2016 Poem a Day Challenge #26

April is National Poetry Writing Month! The challenge is to write a poem every day of the month. I’m using prompts from Writer’s Digest, NaPoWriMo and Kelli Russell Agodon’s list. Occasionally, I may use my own prompt ideas as well.

Today’s Prompt:

Write a haphazard poem/write a poem based on things you remember.

Still, it Moves

I remember:
it was the night before the night
he stood in her door by nightstand light
and spoke into the bedroom floor,
“Mother, I want you to know that I believe.”

I remember:
They said you had no reservations.
That you stepped sure of yourself
into the storm of shimmering silver brain-stars
scattered on the blackened field of narrowing vision
and painted confidently your mask
in powdery white and blue pallor.
Your final face.
They said it was quick, the transformation, the travel
that you knew what you were doing, where you were going,
and that you had no reservations.

I remember:
There was a moment
when the gurney would not quite fit
through the doorway
at the bottom of the narrow stairs
and in stuttering, time-stopped motion, slowly
they lifted and tilted to an angle
such that the smooth sheet fell
and the body’s face rolled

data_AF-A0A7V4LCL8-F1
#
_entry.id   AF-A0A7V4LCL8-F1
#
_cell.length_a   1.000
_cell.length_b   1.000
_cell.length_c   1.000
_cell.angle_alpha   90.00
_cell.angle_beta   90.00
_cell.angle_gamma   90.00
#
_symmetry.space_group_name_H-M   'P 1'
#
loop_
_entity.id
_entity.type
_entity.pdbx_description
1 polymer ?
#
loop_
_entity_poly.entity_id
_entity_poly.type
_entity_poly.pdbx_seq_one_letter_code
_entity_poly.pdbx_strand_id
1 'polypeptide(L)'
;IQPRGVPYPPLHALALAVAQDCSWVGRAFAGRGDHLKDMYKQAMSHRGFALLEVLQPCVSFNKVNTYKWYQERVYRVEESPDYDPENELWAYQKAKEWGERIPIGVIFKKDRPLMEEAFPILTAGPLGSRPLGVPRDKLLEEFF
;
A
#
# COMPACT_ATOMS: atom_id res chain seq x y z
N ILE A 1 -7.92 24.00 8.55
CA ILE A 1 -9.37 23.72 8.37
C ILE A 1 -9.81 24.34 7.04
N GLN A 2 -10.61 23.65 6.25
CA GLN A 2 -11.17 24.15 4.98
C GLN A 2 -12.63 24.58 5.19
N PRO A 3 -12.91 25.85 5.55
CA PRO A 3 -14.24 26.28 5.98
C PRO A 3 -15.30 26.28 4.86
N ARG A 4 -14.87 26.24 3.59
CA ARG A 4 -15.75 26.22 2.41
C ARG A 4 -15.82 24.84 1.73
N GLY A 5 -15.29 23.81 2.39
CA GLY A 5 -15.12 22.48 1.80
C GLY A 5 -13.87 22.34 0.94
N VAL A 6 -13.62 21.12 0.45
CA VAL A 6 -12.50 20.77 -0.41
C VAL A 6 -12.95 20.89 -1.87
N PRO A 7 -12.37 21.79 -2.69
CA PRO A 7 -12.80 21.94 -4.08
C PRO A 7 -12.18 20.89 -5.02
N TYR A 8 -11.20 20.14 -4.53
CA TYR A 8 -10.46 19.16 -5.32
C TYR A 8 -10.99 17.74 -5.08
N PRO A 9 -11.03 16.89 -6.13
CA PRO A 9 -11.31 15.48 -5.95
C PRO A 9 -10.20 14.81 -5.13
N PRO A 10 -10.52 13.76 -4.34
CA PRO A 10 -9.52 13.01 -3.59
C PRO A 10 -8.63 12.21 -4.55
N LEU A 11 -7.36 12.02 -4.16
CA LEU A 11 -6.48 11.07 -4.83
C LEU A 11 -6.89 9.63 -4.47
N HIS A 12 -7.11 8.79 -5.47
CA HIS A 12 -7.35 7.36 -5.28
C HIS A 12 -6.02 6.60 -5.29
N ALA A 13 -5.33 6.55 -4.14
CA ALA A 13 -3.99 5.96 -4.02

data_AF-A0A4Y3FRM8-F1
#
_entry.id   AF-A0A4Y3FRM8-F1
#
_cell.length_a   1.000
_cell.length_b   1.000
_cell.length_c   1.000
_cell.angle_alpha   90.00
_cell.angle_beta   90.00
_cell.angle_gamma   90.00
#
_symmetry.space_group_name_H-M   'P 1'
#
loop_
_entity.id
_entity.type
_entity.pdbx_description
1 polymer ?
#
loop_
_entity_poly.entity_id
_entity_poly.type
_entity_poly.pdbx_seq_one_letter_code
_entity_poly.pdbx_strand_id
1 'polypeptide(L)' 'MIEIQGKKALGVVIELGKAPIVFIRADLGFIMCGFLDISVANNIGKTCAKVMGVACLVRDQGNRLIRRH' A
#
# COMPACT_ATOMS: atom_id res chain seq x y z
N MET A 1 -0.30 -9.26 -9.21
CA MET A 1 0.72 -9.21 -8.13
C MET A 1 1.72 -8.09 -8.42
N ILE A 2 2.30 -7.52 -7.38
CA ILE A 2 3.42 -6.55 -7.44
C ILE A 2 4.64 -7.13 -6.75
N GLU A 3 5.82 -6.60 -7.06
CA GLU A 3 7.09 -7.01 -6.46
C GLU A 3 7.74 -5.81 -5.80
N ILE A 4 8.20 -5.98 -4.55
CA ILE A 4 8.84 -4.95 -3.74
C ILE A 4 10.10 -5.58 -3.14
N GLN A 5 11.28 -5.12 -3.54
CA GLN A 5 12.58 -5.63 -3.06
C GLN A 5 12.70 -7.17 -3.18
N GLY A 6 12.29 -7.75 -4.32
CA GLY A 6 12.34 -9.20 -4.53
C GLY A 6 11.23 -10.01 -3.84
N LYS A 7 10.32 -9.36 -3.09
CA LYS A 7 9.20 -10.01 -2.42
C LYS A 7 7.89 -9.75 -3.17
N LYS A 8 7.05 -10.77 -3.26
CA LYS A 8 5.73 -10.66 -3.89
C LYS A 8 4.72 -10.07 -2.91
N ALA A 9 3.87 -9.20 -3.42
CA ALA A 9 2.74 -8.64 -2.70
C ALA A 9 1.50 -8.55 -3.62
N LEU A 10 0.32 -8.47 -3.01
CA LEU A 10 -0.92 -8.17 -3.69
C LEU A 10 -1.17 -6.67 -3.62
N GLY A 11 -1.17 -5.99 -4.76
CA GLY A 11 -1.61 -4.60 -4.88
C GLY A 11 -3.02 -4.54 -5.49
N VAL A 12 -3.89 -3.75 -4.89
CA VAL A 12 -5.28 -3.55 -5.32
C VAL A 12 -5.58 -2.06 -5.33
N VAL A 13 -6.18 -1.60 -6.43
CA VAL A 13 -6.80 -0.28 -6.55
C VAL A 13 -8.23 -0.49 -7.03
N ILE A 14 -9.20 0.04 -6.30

toward me, standing, watching, in the kitchen
and I looked upon him, vacant
as they pushed and the body shuddered,
I shuddered, and in the moment of penetration
only then did I breathe,
“fuck” and choked,
fixed into the dead eyes
of his corpse.

I remember:
They made him pale and peaceful, put-together and serene
A face of his not often, or maybe ever seen
He was costumed in clothes he would have hated
Looking neat and well, we all paraded past him
Saying niceties in spite of truth and moving on

for the benefit of the strangers, oblivious and unbriefed
as to why we gathered hushed and griefed
who would never know how his life had faded
because he looked neat as we all paraded past him
and the purple corded bruises on his throat were gone.

I remember:
She asked me once, just once
if I thought he was in heaven or in hell.
I said, “I can’t believe that God would sleep well
with damning an already tortured soul.”
She reminded me that there isn’t much
that causes God a restless night,
being perfect in all and always in control.
I nodded, of course, and agreed, like Galileo,
but still I did not believe.


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